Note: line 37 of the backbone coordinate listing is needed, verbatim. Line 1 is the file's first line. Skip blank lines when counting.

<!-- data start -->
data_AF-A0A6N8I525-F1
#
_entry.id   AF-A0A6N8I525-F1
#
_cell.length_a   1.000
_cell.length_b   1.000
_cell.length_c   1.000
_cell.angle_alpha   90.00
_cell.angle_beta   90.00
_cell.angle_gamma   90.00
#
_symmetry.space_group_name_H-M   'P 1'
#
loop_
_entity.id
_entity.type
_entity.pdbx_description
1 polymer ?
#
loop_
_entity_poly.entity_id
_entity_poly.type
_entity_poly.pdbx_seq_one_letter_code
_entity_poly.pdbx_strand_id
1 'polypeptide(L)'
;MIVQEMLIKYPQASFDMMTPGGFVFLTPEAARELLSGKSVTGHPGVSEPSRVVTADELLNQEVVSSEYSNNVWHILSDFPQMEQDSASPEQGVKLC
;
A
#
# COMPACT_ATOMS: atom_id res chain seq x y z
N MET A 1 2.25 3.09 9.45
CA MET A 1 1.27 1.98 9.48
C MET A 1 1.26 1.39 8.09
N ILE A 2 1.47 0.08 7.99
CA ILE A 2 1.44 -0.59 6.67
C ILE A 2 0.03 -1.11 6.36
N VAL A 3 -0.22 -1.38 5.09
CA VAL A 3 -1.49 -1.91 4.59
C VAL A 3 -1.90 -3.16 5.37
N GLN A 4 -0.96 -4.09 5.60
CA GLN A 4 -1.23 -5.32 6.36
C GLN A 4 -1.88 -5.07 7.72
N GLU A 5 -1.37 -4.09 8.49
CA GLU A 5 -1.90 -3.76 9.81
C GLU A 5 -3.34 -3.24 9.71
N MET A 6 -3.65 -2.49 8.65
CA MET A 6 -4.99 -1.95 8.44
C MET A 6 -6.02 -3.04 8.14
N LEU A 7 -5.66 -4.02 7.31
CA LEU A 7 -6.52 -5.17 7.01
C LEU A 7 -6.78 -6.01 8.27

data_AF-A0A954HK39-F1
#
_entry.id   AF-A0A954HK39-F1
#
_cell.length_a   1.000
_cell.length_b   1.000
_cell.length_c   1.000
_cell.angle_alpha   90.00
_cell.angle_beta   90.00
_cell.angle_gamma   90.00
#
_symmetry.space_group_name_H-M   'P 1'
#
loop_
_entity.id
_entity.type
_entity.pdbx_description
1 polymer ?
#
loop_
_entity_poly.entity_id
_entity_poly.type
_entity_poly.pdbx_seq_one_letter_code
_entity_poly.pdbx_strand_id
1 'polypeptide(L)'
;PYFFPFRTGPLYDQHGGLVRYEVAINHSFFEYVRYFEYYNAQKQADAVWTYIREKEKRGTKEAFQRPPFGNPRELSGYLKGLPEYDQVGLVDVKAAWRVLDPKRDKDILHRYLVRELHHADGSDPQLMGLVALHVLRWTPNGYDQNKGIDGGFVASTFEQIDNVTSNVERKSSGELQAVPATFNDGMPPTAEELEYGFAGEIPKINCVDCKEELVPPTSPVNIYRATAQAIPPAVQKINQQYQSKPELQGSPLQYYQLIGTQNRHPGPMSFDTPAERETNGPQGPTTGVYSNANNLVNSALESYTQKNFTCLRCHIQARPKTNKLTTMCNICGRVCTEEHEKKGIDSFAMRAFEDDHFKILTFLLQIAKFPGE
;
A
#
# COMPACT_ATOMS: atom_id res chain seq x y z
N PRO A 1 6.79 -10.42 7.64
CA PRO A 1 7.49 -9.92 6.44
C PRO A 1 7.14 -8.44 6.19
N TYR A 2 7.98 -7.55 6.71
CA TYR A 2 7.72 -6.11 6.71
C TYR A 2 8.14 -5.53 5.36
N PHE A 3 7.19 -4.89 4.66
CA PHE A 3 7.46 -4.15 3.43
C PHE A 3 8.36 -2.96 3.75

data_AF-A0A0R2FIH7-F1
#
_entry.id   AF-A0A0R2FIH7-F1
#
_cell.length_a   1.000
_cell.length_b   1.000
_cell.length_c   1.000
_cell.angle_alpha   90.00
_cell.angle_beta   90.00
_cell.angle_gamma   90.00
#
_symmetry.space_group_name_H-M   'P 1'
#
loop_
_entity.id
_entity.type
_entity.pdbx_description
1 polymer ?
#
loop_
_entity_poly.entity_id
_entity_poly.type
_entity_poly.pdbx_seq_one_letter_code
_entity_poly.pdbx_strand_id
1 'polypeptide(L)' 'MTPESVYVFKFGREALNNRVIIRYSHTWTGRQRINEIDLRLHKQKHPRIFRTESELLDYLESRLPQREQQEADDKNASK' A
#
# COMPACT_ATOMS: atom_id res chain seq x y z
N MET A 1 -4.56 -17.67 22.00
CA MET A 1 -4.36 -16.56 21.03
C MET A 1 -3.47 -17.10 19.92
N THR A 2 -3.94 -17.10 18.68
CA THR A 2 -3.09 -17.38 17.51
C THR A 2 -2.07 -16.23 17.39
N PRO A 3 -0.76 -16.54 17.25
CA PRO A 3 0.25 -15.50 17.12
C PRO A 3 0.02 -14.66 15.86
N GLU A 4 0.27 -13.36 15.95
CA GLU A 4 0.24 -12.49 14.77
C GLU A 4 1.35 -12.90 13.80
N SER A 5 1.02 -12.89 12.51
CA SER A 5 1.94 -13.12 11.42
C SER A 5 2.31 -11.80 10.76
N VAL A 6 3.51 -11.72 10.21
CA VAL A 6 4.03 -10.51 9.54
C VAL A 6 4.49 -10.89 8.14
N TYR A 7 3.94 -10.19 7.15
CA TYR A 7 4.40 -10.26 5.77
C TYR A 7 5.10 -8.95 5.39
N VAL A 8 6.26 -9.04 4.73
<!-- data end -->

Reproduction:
N VAL A 3 -0.22 -1.38 5.09